Talk to your child about abuse

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Parents generally teach their children about “stranger danger” from an early age. They are told not to talk to, walk with or take gifts or candy from strangers. But statistics show danger often lurks closer to home.

 

According to the National Association of Adult Survivors of Child Sexual Abuse, the vast majority of children who are sexually abused are abused by someone they know—most often a family member, an adult the family trusts or, in some instances, another child.

 

Parents can help protect their children from sexual abuse by talking frankly to them about abuse, starting at a young age with age-appropriate information, advises Kay Knaff, clinical services program manager for Youth Villages.

 

How to talk to your child (starting about age 3 or 4) about sexual abuse:

•  Tell your child about good touch—a hug or a pat on the back—and bad touch, when someone is touching private areas.

•  Tell your child nobody—no family member, teacher, other child or adult—is allowed to touch him or her in the areas covered by a bathing suit because these are private areas. Exceptions are a parent bathing a young child or helping the child with using the bathroom, as well as a doctor or nurse when examining the child.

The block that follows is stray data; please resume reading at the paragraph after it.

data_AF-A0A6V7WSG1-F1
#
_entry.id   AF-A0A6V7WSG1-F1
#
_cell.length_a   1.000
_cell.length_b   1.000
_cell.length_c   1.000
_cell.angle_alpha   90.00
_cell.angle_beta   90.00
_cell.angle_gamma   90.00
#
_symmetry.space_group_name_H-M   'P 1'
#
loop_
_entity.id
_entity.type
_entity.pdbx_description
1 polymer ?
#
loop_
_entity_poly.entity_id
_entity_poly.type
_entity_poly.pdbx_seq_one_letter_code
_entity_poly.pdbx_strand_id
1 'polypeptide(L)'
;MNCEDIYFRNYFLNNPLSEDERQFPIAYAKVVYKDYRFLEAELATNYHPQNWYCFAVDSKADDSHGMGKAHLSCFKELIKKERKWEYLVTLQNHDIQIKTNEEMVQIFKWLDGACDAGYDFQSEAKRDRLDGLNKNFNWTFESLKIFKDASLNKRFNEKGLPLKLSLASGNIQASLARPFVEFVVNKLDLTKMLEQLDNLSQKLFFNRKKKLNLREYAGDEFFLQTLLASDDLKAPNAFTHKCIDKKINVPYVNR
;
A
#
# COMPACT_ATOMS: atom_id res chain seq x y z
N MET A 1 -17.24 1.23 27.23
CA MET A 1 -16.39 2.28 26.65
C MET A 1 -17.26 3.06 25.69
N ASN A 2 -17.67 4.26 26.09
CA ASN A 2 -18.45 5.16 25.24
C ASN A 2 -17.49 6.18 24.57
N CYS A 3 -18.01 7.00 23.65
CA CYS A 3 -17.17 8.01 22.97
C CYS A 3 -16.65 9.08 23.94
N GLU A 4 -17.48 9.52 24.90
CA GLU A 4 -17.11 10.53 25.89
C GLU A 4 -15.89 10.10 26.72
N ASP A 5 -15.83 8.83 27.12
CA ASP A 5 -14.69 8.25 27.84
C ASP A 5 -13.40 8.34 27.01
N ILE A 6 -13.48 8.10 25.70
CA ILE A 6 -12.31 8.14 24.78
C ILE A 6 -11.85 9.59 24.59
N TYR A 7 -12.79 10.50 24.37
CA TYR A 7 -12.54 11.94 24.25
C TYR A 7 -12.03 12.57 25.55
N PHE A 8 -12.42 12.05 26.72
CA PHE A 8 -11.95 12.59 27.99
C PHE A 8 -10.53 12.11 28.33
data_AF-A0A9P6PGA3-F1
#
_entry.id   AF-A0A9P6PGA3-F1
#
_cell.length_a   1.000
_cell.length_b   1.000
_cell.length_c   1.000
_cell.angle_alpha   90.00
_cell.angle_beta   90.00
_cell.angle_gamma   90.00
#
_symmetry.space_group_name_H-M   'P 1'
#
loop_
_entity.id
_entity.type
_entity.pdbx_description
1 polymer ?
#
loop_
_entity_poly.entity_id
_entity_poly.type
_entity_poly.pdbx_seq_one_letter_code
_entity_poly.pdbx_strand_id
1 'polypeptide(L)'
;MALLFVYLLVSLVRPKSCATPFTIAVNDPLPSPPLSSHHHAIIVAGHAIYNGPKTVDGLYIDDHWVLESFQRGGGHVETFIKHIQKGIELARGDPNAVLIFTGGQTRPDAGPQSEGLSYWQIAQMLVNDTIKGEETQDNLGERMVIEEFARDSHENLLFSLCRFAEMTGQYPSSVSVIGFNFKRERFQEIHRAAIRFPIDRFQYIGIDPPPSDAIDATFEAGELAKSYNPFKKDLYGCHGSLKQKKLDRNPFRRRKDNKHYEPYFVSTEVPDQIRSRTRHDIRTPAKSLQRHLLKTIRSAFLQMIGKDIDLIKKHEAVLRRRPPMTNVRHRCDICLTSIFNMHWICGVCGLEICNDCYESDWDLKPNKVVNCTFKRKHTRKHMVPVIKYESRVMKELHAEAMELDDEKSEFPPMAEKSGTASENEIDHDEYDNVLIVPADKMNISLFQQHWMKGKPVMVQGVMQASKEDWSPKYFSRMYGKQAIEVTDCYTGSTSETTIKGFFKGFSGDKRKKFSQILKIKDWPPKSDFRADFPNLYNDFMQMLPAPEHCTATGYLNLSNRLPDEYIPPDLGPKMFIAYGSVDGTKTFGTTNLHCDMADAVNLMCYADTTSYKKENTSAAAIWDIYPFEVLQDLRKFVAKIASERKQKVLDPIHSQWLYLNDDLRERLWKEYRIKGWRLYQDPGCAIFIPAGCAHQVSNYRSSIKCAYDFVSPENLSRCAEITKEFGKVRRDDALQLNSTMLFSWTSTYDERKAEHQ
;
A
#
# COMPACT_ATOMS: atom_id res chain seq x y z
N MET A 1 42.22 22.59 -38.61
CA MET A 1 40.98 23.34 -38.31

•  Tell your child he or she has permission to tell any adult who touches them in their private areas, “No!”

 

Tell your child that if anyone ever touches him or her in any way in their private areas, he or she should tell mom, dad and or grandma/grandpa or another trusted person about it immediately.

 

Get help immediately. If you suspect your child has been abused, act immediately. Either call your local police, your local rape crisis center, child protective services or the Childhelp National Child Abuse Hotline at 1-800-4-A-CHILD (1-800-422-4453), then push 1 to talk to a hotline counselor.

This website is not meant to substitute for expert medical advice or treatment. Follow your doctor’s or health care provider’s advice if it differs from what is given in this guide.

 

The American Institute for Preventive Medicine (AIPM) is not responsible for the availability or content of external sites, nor does AIPM endorse them. Also, it is the responsibility of the user to examine the copyright and licensing restrictions of external pages and to secure all necessary permission.

 

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